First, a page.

I know that crying-it-out is a hot-button topic for a lot of people. I mean, you can’t exactly go on the internet without knowing that people have some intense, passionate personal feelings about leaving your vulnerable offspring to cry themselves to sleep. So I am only going to talk about my experiences and my decisions and how that all turned out for my family. You can take it, or leave it, but I do know that being honest about our parenting decisions often helps other parents feel supported on this wild ride.
As a new mom 10 years ago, I wasn’t quite as inundated with the amount of information as new moms are today. I feel you, ladies. I think that if I were to be starting my family now, I would have a hard time leaving the house for fear of all the judgment out there. How do you freaking choose what to do? Co-sleeping, breastfeeding, vaccinating, crying-it-out, working, stay-at-home, GMOs, attachment, tiger mom, free-range, blah blah blah. It’s exhausting and annoying.
And really, no matter what you choose, someone is going to have a problem with it. If you were to research CIO today, the things you would read would make you want to swaddle your baby and rock in a corner and never let them go for fear that they would turn into a psychopath on their 21st birthday.
People are so opinionated about other people’s lives today, especially parents. So, at the risk of people having lots of opinions about my life, I’d like to just let you know about some positive crying-it-out results. My kids are 5 and 10 and great sleepers, and I would have liked to stumble upon someone else’s happy ending in those dark hours. Those hours when I was listening to my babies sob and hiccup, trying to be strong enough for the both of us.
The thought that kept me going was that I was doing it for them. I was giving them the gift of learning how to fall asleep on their own. The gift of having a mother who wasn’t so sleep-deprived that she felt like she was legitimately losing her mind.
Was it excruciating? Yes.
Did I cry? Of course.
Did it work? Hell yes.
Would I do it again? In a heartbeat, especially if I knew that a childhood filled with good sleep habits for all of us was at the end of the whole emotional ordeal.
So, just in case you’ve been living under a parenting rock, the term “cry-it-out” (CIO) refers to the desperate measures parents go to when they just really, really need their babies to start sleeping through the night. At the time my first child was born, I worked full-time at a demanding physical job, and I needed to sleep. My son was treating me like we were frat buddies and 3 a.m. was when the party started. Trying to wake up at 6 and do life was becoming a nightmare. We all needed to sleep. So I did my research and CIO seemed to be the best option for getting there.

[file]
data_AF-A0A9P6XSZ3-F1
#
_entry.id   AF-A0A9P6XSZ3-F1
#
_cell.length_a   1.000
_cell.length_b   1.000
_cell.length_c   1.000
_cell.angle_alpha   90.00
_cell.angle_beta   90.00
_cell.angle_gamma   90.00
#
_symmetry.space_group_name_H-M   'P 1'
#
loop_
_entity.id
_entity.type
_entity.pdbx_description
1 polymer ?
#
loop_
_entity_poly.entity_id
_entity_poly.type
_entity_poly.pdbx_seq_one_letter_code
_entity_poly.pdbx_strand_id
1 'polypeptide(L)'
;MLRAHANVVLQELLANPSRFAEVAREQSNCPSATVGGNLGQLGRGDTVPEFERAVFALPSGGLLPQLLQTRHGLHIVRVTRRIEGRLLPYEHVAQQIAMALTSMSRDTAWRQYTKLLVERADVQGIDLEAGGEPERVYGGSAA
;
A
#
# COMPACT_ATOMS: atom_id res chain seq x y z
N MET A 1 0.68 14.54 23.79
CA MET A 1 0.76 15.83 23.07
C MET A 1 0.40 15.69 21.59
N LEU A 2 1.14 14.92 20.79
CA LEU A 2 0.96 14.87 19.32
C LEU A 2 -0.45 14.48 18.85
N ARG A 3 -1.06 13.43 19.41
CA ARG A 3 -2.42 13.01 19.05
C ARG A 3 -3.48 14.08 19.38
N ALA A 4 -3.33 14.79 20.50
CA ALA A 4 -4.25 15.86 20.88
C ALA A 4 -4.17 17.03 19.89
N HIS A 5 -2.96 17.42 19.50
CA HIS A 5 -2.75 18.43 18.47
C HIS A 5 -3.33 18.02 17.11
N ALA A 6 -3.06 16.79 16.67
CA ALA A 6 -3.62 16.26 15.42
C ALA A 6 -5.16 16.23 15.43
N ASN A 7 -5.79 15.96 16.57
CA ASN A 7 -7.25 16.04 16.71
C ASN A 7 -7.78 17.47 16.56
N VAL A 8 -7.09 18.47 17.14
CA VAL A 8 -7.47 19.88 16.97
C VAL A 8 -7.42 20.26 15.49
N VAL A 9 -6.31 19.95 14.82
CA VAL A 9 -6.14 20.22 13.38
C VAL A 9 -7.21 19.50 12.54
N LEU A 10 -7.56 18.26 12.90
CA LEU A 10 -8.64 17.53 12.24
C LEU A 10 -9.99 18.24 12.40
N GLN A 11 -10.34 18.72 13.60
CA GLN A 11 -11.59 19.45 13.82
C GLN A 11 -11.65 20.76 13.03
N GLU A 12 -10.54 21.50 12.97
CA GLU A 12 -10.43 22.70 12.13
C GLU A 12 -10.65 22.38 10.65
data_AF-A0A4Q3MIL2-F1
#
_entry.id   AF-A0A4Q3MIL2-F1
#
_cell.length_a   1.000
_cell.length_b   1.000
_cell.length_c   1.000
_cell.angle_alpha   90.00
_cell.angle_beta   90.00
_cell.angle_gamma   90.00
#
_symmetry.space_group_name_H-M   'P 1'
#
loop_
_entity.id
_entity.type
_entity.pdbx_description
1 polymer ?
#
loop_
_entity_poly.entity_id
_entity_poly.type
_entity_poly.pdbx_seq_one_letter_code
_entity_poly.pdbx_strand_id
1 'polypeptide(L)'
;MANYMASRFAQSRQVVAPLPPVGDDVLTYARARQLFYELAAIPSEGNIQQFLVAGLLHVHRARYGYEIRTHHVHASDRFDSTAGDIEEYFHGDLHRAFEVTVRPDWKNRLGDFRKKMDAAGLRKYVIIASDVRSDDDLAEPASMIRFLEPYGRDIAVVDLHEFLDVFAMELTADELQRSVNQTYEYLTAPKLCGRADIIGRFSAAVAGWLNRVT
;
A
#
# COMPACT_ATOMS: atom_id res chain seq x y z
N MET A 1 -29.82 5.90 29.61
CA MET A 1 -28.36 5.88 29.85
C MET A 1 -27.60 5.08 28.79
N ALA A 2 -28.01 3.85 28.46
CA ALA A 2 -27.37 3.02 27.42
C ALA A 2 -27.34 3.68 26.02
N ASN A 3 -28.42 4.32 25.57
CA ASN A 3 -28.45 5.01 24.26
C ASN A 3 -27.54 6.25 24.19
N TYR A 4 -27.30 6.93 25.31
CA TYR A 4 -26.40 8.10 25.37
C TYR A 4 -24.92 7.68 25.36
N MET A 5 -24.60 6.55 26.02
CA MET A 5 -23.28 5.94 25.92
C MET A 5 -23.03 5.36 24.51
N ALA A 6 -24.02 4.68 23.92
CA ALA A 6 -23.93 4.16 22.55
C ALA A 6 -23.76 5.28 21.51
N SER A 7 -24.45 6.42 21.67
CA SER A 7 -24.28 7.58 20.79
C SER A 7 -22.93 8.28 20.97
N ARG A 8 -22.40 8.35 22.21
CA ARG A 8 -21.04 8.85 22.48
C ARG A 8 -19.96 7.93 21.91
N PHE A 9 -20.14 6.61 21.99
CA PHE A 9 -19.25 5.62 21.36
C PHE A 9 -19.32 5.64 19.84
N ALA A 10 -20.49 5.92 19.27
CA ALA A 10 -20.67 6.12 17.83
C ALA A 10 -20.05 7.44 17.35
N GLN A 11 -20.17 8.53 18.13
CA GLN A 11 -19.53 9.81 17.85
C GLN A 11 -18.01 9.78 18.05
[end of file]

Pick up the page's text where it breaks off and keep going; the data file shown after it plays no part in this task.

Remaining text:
Depending on the particular method (there are many), CIO basically involves letting your baby cry for awhile and checking in on them occasionally to let them know that you are there, but that it is time to go to sleep. They learn to self-soothe, and then ultimately, the idea is that they figure out how to fall asleep all by themselves. Yes, by themselves. In their crib. No boob bar or bottle or anything.
I think we implemented the CIO method at around 8 months with my first and a little earlier for my second. We made sure they were dry, fed, and comfortable, and we laid them down in their cribs sleepy but awake. And then they cried. We soothed every few minutes, and we didn’t pick them up, and it was horrifying for the first two nights. At least for me. My husband was a bit more resolute. I simply sobbed and felt like a complete monster. Women’s bodies are programmed to go to our children when they are in distress, and my very soul ached to hold my baby and make them feel better. I remember holding my phone like a grenade, counting the seconds until I could go in and say, “Shhh shhh, it’s okay,” and pat them for a few seconds before leaving again. Those nights felt like centuries.
But around the third or fourth night (see, I’ve already forgotten) was when the magic happened. They simply slept. They woke up eight hours after we laid them down and gurgled and smiled, and it was like we all had a new lease on life. Of course there were setbacks, and maybe my kids were just programmed to be good sleepers, but since then, they pretty much go to bed when we want them to and they sleep. In their own beds. Until morning. They sleep.
And despite what many attachment parenting/anti-CIO websites proclaim about the cruelness of CIO, my kids are perfectly functioning, compassionate, bonded, smart, funny children. Science even says that this method does not harm babies. If you are ever in the trenches of a CIO session, make this your mantra: “I am not harming my baby. I am giving them a tool for life.” And my kids haven’t even grown scales and don’t speak in tongues yet, although we have been keeping a close eye on the little one. They are well-adjusted, they didn’t lose any brain cells, and they aren’t sociopaths.
For us, CIO was amazing — and life-changing. Nobody is advocating letting a hungry newborn cry for hours on end. That’s not how this works, and I just want to throw some support out there for other moms who may be barely hanging onto their sanity and just need a few quiet hours of sleep each night to make it through this wild ride. You’re not a bad mom. You’re not ruining your baby. Everything is going to be fine.